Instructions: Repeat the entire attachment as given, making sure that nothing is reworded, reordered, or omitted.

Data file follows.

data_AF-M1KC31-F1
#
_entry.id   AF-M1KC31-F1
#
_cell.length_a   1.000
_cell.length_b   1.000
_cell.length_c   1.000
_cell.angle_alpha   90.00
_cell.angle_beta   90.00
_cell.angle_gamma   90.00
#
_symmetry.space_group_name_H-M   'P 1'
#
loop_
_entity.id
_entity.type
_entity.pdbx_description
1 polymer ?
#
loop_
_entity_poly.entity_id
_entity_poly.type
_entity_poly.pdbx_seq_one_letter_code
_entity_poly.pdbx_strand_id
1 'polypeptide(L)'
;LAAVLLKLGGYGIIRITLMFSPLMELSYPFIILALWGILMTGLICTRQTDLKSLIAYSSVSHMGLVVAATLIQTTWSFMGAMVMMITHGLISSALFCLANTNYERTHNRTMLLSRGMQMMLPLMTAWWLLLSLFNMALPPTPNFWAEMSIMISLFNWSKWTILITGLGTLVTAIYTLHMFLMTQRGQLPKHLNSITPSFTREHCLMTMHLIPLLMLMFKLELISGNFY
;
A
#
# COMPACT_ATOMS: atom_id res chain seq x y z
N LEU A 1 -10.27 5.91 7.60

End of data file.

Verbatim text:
data_AF-M1KC31-F1
#
_entry.id   AF-M1KC31-F1
#
_cell.length_a   1.000
_cell.length_b   1.000
_cell.length_c   1.000
_cell.angle_alpha   90.00
_cell.angle_beta   90.00
_cell.angle_gamma   90.00
#
_symmetry.space_group_name_H-M   'P 1'
#
loop_
_entity.id
_entity.type
_entity.pdbx_description
1 polymer ?
#
loop_
_entity_poly.entity_id
_entity_poly.type
_entity_poly.pdbx_seq_one_letter_code
_entity_poly.pdbx_strand_id
1 'polypeptide(L)'
;LAAVLLKLGGYGIIRITLMFSPLMELSYPFIILALWGILMTGLICTRQTDLKSLIAYSSVSHMGLVVAATLIQTTWSFMGAMVMMITHGLISSALFCLANTNYERTHNRTMLLSRGMQMMLPLMTAWWLLLSLFNMALPPTPNFWAEMSIMISLFNWSKWTILITGLGTLVTAIYTLHMFLMTQRGQLPKHLNSITPSFTREHCLMTMHLIPLLMLMFKLELISGNFY
;
A
#
# COMPACT_ATOMS: atom_id res chain seq x y z
N LEU A 1 -10.27 5.91 7.60